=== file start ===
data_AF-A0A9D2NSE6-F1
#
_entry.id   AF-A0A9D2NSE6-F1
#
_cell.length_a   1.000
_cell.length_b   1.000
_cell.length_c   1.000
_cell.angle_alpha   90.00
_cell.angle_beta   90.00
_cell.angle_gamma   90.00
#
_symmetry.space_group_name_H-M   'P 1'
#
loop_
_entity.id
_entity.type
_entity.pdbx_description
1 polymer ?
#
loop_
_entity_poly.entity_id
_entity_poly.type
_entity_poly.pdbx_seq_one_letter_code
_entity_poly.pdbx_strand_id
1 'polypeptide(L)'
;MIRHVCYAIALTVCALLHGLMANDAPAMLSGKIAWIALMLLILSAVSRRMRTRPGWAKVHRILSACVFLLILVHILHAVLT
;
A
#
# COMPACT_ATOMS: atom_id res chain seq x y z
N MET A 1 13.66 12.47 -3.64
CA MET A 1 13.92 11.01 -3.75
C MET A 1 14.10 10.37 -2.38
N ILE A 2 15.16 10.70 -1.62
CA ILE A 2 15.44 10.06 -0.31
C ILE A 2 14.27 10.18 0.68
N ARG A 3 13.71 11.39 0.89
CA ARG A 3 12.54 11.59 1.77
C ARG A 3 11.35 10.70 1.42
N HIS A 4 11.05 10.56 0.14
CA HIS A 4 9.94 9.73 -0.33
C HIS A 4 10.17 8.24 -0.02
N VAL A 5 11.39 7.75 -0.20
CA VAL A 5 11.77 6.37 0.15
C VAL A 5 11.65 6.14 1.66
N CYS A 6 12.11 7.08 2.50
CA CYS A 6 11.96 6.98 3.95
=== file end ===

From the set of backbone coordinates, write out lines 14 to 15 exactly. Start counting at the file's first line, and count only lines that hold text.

loop_
_entity.id